August 9 will see Scotland’s restrictions eased once again.
Addressing Holyrood last week, First Minister Nicola Sturgeon confirmed the news that’s been expected: that August 9 – often dubbed ‘Freedom Day’ – will go ahead as planned. From today, Scotland will therefore see an end to social distancing measures and legal limits on social gatherings, which will allow for the reopening of nightclubs and other big venues. Whilst it’s a big step forward towards normality, Nicola Sturgeon added a note of caution to the news.
Nicola Sturgeon announced that no venue will be legally required to close from today, however she said face coverings should continue to be worn in indoor settings beyond Level 0 restrictions. In addition, Test & Protect will continue to contact-trace positive cases and it will be an ongoing requirement for indoor hospitality and similar venues to collect the contact details of customers.
Despite the First Minister announcing the lifting of most of the remaining legally imposed restrictions such as physical distancing and limits to the size of social gatherings, she said there will be a continued use of travel restrictions and home working will still be advised. These will remain in place “as and when necessary, to restrict the spread of outbreaks and protect against the risk of importation of new variants.”
These are all the restrictions that will change or end in Scotland from August 9, which First Minister Nicola Sturgeon confirmed last week:
Social distancing comes to an end
August 9 marks the end of the one-metre rule (which, if your memories stretch that far, was two metres at the beginning of the pandemic). This means the end of social distancing in Scotland, and will see resulting changes to social venues; for instance, ordering at the bar in a pub will once again be allowed, as bars, pubs, and restaurants will no longer be restricted to just table service. However, the one-metre rule will remain in place at UK borders, to prevent mingling between passengers from red-list and amber and green-list countries.
Mask-wearing will continue to be enforced
Since March 2020, masks have become a part of everyday life for UK residents without a medical exemption – however, despite further lifting of restrictions the government said Scotland should continue to wear them in indoor settings such as shops, restaurants, and on public transport.
Limits on social contact will be ended
At present, we can gather in groups of eight indoors or groups of up to 15 outdoors. From August 9, these limits will be scrapped, so if you’d like to organise a meal for ten people at a restaurant, invite 60 people to your birthday in the park, or throw a 200-guest wedding, you’re free to do so. This also means that music festivals are once again allowed from this date.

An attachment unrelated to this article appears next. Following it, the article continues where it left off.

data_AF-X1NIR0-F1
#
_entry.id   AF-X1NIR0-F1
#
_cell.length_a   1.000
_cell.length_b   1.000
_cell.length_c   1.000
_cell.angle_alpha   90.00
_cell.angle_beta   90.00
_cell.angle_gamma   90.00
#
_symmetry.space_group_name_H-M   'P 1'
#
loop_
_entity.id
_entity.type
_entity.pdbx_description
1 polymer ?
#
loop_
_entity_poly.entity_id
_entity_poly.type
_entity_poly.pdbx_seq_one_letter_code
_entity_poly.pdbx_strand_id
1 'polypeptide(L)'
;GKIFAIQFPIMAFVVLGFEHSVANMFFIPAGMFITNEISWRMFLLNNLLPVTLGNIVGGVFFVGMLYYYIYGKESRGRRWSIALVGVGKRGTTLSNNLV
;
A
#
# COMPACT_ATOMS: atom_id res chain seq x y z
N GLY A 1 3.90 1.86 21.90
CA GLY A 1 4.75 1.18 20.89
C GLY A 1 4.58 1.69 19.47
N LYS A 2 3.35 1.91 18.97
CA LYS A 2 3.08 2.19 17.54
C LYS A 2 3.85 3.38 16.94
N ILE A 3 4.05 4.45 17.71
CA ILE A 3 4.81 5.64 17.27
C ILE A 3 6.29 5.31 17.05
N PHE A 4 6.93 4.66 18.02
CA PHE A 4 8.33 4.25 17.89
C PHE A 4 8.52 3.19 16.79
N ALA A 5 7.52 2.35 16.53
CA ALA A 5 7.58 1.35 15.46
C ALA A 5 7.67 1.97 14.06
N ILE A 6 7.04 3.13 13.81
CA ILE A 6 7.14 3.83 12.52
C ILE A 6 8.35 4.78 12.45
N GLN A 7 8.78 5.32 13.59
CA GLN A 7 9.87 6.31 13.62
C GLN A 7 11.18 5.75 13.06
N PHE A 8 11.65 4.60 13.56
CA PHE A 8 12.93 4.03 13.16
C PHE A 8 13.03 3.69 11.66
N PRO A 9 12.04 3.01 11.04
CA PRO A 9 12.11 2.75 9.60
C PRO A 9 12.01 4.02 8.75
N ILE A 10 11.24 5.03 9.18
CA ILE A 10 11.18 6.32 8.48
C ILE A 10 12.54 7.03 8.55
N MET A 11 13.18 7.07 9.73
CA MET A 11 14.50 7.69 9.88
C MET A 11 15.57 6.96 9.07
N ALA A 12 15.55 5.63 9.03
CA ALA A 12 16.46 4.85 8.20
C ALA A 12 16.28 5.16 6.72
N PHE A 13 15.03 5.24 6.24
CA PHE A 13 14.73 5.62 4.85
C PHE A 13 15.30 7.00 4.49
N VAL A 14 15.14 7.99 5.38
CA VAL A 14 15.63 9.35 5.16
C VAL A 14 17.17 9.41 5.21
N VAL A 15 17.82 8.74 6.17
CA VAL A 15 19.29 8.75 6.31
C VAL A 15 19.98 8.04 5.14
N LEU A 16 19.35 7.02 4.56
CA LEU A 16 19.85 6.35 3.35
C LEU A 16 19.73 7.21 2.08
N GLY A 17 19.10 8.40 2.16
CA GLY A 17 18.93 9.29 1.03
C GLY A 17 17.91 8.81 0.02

In addition, from August 9, large scale events will be going ahead but will have to apply for permission. Nicola Sturgeon said: “For a limited period, we will keep in place the processes through which organisers of outdoor events of more than 5000 and indoor events of more than 2000 will have to apply for permission. This will allow us and local authorities to be assured of the arrangements in place to reduce risk. ”
Nightclubs, theatres, and more can fully reopen
The removal of capacity limits and social distancing paves the way for the return of Glasgow’s nightclubs, which have seen some of the longest Covid-enforced shutdowns of the past year and a half. Revellers will be able to hit the dancefloor by the end of the month, whilst the likes of theatres, museums, stadiums and cinemas can increase the number of visitors once again. The government also recently announced the three D’s rule, which means face coverings can be removed while dancing, drinking and dining.
Negative PCR tests and two doses of the vaccine can reduce self-isolation period
In terms of self-isolation beyond Level 0, an adult who is identified as a close contact of someone who has tested positive for Covid-19 will no longer be required automatically to self-isolate for 10 days. If someone is double-vaccinated (with at least two weeks having passed since the second dose) and if they have no symptoms, they should get a PCR test as soon as possible. If the PCR test is negative, self-isolation can then be ended.
Young people aged 5 to 17 who are identified as a close contact, will need to take a PCR test, however they can end their self-isolation if they test negative. Children under the age of 5 will be encouraged but not required to take a PCR test. Whole classes will no longer need to isolate after August 9, but face coverings will remain a requirement for staff and students over 12 years old to wear them in schools. The First Minister also confirmed that invitations for vaccines are now going out to 12 to 17-year-olds with specific health conditions that make them more vulnerable to Covid-19, with the first doses expected to be rolled out by the end of August.
Travelling and holidays will also change
One of the biggest changes here has been that double-vaccinated Scots will be able to travel to amber-list countries without needing to quarantine upon their return. This will mean the rules for travel for amber-list travellers with two jabs will be near-identical to those for people returning from green-list territories: a Covid test before returning home, and another test within two days of returning to Scotland. The rules for red-list countries remain stricter. See more about current travel restrictions here.
For further information and guidance on the rules beyond Level 0, head to the Scottish government website here.